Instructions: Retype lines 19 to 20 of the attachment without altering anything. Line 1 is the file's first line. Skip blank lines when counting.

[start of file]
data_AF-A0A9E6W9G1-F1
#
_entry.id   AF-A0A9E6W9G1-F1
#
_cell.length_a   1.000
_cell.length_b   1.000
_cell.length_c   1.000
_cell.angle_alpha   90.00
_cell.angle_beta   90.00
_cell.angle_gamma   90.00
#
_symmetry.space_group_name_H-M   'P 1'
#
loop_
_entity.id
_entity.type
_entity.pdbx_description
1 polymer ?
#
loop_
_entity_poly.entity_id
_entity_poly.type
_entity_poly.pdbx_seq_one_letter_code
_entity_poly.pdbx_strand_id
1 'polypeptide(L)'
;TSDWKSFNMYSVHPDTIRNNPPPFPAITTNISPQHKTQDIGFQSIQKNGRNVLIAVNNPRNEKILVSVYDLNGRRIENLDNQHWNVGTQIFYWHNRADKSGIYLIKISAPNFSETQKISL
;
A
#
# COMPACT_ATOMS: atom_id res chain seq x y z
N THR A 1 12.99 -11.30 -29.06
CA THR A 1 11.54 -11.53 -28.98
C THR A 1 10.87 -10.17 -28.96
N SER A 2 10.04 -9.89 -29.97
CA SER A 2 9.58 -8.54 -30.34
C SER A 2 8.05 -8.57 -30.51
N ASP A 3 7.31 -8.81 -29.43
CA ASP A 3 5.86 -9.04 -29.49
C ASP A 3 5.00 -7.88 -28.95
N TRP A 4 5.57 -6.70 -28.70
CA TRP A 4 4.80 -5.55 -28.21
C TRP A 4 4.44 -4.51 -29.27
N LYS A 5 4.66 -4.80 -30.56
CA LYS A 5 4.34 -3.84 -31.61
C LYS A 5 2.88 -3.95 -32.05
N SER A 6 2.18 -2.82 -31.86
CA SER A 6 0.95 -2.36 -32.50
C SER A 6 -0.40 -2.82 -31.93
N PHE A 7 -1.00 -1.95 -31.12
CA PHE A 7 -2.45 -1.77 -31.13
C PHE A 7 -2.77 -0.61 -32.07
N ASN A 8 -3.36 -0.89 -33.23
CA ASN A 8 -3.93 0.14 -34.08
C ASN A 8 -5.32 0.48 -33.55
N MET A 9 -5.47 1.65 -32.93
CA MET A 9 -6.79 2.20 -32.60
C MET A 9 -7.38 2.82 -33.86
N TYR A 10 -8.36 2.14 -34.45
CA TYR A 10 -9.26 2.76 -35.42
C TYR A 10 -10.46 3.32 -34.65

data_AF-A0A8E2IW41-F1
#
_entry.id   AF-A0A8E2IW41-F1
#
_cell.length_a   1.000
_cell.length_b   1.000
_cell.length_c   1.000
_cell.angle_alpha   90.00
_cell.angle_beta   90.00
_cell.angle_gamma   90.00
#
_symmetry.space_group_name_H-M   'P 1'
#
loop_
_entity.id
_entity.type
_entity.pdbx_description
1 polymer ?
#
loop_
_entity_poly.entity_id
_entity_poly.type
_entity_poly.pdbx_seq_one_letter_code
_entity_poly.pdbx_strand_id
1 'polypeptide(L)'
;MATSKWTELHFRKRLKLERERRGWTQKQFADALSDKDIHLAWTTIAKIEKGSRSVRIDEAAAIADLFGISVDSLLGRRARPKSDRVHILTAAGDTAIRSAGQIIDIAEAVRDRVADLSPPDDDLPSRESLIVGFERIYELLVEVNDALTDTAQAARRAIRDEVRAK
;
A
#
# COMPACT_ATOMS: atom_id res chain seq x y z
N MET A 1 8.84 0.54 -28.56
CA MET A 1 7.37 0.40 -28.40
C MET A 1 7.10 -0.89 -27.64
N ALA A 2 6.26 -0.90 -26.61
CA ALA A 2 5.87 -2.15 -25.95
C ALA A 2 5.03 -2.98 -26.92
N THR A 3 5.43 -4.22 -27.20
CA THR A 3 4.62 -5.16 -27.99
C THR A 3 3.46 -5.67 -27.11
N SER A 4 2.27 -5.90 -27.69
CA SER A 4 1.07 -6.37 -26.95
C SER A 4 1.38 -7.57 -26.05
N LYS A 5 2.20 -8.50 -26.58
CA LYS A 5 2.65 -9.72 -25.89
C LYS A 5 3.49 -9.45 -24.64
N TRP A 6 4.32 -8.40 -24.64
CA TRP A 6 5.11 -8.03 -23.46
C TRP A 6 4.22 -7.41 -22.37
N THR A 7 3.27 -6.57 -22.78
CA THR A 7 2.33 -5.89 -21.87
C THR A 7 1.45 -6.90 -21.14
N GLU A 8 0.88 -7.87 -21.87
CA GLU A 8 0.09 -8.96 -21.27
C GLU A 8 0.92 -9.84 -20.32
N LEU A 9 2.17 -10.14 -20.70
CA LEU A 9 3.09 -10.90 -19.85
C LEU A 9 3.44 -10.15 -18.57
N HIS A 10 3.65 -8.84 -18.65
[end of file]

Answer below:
#
loop_